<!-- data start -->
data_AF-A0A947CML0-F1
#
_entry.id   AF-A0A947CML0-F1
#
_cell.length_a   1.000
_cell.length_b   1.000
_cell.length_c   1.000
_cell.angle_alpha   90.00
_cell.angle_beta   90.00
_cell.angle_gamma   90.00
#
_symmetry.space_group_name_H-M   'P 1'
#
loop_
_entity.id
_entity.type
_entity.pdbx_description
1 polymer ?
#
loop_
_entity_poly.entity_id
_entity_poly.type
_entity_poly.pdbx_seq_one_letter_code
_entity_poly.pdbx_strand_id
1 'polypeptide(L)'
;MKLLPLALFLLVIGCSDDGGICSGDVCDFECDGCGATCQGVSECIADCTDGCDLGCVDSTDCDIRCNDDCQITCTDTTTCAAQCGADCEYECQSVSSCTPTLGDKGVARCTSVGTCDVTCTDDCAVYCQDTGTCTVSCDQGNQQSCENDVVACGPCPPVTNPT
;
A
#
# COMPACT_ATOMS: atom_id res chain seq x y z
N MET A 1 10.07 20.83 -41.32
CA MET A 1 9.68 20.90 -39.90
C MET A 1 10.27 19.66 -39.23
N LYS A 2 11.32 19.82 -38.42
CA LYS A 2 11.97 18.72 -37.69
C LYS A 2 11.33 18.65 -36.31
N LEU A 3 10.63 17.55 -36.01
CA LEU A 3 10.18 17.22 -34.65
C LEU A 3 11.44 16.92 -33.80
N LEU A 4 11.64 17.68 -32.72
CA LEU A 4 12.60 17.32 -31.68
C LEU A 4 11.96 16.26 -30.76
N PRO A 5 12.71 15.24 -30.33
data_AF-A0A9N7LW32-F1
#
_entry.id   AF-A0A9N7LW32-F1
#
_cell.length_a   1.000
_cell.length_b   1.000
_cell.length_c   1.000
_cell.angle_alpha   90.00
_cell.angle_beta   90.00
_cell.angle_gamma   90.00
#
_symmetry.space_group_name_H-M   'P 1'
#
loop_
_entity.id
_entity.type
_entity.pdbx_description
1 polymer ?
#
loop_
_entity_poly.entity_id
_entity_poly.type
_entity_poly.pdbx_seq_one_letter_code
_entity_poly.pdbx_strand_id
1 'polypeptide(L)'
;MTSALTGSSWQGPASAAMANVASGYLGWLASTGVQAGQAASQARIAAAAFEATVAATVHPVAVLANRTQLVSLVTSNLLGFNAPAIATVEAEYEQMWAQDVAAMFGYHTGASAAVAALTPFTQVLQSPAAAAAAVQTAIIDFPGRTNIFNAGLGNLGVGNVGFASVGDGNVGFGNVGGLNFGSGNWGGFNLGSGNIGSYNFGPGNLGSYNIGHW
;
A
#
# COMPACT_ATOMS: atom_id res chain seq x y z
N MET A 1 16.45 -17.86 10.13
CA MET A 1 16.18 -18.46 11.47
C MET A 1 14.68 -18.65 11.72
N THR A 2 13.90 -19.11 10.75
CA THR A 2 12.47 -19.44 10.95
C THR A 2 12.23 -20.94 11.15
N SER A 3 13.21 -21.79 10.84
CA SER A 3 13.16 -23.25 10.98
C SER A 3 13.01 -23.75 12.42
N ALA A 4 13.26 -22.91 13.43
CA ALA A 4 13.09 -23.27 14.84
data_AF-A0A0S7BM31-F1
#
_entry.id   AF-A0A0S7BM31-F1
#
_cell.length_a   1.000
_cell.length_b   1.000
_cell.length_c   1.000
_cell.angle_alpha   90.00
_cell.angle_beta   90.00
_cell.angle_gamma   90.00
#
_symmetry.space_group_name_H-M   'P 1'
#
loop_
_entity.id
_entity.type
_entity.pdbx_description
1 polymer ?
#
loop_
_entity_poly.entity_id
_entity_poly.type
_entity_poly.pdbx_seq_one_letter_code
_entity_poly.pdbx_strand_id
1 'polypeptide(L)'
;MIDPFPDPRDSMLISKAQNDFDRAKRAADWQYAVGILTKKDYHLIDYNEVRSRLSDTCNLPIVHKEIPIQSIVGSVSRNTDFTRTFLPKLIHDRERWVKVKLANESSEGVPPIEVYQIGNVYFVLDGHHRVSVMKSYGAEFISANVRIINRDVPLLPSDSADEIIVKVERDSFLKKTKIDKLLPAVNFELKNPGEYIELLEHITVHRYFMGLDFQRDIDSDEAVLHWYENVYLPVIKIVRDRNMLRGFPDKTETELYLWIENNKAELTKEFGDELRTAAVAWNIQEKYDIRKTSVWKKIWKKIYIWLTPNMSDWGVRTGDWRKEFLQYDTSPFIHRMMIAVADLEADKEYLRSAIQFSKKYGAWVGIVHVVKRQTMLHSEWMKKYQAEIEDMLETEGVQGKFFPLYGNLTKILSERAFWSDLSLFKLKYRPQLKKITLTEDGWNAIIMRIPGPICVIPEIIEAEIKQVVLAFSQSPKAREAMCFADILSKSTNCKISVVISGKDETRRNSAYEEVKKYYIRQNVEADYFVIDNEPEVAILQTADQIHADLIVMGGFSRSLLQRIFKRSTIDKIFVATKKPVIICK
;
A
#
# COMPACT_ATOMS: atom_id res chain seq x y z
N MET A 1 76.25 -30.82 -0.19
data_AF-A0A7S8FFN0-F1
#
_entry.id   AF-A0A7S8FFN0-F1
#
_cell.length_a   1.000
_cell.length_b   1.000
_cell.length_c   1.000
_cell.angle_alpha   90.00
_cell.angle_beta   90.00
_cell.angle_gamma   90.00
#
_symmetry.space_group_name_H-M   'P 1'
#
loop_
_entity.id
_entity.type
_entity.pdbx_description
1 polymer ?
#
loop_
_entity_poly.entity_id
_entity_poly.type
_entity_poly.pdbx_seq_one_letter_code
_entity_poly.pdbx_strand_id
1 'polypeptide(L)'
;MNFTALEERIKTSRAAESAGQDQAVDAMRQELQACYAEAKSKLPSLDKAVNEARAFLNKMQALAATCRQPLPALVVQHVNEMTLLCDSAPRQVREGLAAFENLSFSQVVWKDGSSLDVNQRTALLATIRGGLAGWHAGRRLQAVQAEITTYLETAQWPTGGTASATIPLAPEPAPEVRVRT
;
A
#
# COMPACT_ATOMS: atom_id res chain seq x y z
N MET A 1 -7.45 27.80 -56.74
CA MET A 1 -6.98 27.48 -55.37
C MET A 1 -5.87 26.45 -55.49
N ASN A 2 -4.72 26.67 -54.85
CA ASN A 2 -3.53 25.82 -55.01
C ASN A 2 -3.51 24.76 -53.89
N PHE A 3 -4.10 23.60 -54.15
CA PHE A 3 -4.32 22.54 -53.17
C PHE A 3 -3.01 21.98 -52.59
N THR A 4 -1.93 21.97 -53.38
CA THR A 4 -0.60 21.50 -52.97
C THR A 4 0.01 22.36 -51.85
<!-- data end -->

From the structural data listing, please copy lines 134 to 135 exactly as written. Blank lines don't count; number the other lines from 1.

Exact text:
#
loop_